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What does dating a pot-bellied Medicare Part A level mean for you | Free time

At the current rate, the Medicare hospital insurance trust fund will expire in 2028. June 2022 Report of the Medicare Trustees. That’s a two-year extension of the previous estimate, but experts say it’s still not good news and the government needs to stop twiddling its fingers. Here’s what you need to know.

What happens when the trust fund runs out?

If the Medicare hospital insurance trust fund is exhausted, it does not mean Medicare Part A will explode. But the program will not have enough revenue to cover all operating costs, due to a shortfall of about 10% starting in 2029.

“This part of Medicare will not be able to make the payments to health care providers and health insurers that are due, and those payments will be increasingly delayed over time,” says Matthew Fiedler, a senior fellow at USC-Brookings Schaeffer. Health Policy Initiative.

That backlog could come as a big financial shock to hospitals that depend on Medicare revenue to operate. Ultimately, Fiedler says, “hospitals may reconsider how much they want to participate in Medicare.”

It’s important to understand that the Medicare hospital insurance trust fund doesn’t fund all of Medicare—it funds Medicare Part A, or hospital insurance. Medicare Part Bwhich covers doctor appointments and outpatient care, and Medicare Part Dwhich covers prescription drugs, is funded mainly by patient contributions and general government revenue.

What are the most likely fixes?

The government can solve the situation in several ways: from adjusting the coverage of services to redirecting revenues. Here are some options:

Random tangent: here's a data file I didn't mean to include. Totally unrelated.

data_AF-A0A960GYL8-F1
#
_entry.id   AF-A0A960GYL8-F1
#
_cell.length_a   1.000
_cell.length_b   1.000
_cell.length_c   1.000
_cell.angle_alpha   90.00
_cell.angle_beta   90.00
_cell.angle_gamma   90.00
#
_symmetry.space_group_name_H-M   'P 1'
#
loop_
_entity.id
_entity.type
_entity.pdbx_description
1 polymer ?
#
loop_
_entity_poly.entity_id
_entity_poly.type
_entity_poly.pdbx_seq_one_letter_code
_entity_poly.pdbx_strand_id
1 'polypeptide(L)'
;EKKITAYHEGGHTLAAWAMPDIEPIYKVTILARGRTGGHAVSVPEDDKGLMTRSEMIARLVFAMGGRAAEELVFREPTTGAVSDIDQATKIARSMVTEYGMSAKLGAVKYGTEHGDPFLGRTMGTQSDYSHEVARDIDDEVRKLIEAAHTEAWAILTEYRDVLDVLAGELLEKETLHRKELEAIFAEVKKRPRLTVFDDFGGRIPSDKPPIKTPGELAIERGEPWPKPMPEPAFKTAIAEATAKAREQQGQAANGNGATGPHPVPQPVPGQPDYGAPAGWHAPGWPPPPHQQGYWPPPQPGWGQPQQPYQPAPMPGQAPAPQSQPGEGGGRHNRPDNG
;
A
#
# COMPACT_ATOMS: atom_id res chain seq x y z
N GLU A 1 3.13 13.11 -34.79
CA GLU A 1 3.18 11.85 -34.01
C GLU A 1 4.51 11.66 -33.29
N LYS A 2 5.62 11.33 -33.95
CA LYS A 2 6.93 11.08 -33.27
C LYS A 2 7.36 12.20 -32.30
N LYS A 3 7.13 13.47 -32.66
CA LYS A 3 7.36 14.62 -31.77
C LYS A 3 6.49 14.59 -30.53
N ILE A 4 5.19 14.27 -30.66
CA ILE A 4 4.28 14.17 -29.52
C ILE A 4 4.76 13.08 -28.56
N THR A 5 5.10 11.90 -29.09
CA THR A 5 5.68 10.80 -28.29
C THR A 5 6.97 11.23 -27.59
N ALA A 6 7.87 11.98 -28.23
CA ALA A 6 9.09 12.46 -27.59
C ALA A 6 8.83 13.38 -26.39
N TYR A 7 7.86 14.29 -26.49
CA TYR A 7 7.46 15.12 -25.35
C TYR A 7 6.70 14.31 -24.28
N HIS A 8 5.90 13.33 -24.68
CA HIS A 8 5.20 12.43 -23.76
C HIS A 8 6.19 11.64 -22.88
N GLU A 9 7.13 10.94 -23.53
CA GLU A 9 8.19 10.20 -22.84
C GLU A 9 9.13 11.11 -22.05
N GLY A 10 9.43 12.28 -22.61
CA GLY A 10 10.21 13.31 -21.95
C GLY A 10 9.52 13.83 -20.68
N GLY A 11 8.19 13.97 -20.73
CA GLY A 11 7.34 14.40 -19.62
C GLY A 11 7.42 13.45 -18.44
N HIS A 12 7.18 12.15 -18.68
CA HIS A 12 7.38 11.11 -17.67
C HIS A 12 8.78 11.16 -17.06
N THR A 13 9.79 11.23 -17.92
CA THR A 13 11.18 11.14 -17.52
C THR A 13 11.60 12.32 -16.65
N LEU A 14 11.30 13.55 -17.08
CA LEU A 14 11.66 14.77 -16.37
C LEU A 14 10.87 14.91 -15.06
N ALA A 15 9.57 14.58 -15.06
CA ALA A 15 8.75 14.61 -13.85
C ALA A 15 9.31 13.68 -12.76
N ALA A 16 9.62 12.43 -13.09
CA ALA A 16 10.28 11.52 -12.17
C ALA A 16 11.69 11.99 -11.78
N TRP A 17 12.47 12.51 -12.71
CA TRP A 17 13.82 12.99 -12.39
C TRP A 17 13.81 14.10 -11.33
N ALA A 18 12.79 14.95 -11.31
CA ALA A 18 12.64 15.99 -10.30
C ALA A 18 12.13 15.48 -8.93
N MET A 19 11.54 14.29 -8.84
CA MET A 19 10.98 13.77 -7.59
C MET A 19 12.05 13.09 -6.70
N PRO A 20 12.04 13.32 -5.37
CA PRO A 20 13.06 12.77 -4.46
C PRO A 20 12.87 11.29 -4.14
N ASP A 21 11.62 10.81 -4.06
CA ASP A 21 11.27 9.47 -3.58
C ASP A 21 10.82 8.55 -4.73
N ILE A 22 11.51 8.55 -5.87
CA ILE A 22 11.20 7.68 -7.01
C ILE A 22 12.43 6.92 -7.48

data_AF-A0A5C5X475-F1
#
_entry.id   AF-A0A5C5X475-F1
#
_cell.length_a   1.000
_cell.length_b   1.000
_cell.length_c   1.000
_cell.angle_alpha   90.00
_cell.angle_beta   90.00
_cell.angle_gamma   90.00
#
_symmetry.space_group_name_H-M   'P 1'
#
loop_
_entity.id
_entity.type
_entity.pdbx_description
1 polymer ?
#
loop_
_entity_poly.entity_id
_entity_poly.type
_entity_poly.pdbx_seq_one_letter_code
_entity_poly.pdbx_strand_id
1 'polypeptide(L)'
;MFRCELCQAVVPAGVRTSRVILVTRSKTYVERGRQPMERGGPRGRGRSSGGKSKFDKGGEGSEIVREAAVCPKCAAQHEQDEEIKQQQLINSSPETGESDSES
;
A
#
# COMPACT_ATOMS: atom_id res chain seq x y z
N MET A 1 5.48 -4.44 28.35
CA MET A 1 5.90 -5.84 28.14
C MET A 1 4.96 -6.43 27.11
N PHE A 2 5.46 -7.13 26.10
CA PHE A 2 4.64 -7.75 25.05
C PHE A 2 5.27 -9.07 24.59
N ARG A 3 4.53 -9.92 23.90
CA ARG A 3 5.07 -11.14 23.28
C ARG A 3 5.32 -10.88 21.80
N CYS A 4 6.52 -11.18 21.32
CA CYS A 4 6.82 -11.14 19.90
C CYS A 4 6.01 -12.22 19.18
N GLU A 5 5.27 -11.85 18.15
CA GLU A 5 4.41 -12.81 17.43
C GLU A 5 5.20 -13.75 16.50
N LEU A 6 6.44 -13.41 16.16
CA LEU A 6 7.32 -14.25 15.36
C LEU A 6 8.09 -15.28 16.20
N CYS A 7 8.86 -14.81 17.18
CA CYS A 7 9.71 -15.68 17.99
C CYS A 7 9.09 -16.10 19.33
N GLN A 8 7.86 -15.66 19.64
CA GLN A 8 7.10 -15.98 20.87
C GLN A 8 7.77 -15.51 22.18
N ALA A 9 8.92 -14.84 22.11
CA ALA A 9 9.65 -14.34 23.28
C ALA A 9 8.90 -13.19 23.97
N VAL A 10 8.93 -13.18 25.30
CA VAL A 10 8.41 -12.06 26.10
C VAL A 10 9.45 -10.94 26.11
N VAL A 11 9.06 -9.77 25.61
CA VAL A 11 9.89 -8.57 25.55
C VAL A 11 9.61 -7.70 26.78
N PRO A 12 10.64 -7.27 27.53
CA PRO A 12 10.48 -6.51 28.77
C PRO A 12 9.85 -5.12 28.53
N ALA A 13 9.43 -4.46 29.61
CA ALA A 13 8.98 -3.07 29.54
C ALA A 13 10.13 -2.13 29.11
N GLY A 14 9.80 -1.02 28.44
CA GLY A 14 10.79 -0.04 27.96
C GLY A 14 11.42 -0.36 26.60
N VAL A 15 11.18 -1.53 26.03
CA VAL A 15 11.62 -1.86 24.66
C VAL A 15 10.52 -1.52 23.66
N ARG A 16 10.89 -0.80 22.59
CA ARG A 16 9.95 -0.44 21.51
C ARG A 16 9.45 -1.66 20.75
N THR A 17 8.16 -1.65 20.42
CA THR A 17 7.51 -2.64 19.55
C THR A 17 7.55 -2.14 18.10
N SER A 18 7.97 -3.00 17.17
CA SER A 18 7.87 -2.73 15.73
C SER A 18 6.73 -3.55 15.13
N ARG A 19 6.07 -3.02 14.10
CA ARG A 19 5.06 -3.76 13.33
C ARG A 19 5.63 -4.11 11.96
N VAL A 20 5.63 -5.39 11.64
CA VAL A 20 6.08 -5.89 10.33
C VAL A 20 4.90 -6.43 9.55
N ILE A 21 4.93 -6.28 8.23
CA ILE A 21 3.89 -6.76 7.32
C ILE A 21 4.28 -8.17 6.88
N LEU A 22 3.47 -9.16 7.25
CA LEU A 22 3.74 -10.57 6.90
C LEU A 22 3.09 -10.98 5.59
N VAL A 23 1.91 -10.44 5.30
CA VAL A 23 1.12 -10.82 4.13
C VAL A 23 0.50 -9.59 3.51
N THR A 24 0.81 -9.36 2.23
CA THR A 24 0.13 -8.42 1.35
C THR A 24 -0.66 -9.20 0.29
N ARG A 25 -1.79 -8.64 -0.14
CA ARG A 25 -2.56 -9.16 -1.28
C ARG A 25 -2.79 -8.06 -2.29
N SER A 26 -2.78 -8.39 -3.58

Move some Medicare Part A services to Part B

Some experts have suggested that the government could move some post-acute services – such as physical therapy or post-hospital care – from Part A to Part B.

“It makes the Part A trust fund better because you’ve taken some of the cost off the books,” says Dr. Mark McClellan, the Robert J. Margolis of Duke University, who holds a Ph.D. “But it doesn’t really change the overall cost or sustainability of the program.”

For Medicare beneficiaries, this change may mean that certain post-acute care services that are 100% covered under Part A may be subject to a Part B deductible and a 20% coinsurance if the beneficiary does not have a Medigap or Medicare Advantage plan that covers some expenses.

Modernize Medicare

When Medicare Part D was introduced in 2006, there weren’t that many expensive specialty drugs on the market. Today, the government pays most of the bills for expensive drugs. Reducing drug costs and applying those savings to the Part A trust fund is an option. Legislation currently in Congress will help Medicare beneficiaries spend less on prescription drugs and lower costs for certain high-cost drugs over time.

“The Senate bill provides important modernization of Medicare drug benefits to provide more comprehensive coverage for Medicare beneficiaries with high drug costs and force Medicare drug plans to negotiate more aggressively with drug manufacturers,” says McClellan.

Reduce payments to suppliers

In the short term, the government could cut Medicare payments to some or all Part A providers, said Joseph Antos, a senior fellow and the Wilson H. Taylor Scholar in Health and Pension Policy at the American Enterprise Institute.

“Congress has done this before and may do it again, especially if it is accompanied by some other adjustments that would take effect in the ninth or tenth year to bring the money back,” Antos said in an email. (The Congressional Budget Office estimates spending over 10 years, so a nine- or 10-year adjustment schedule “maximizes savings but signals to providers that the reduction will be temporary,” Antos said.)

For beneficiaries, the impact of this approach would be minimal, although it could reduce access to some providers or cause some providers to add services not covered by Medicare to increase revenue, Antos explained.

Move funds from general revenues

The most likely option is to allow the government to make a one-time transfer of the pooled funds to the Medicare trust fund. “I could easily see them saying, ‘Temporarily, for five years, we’re going to allow an infusion from general revenues to replenish,'” Antos said.

If that happens, he said, the country’s debt will grow. “It will not affect the beneficiaries,” said Antos. “It would affect their children.”

This article was written by NerdWallet and originally published by The Associated Press.

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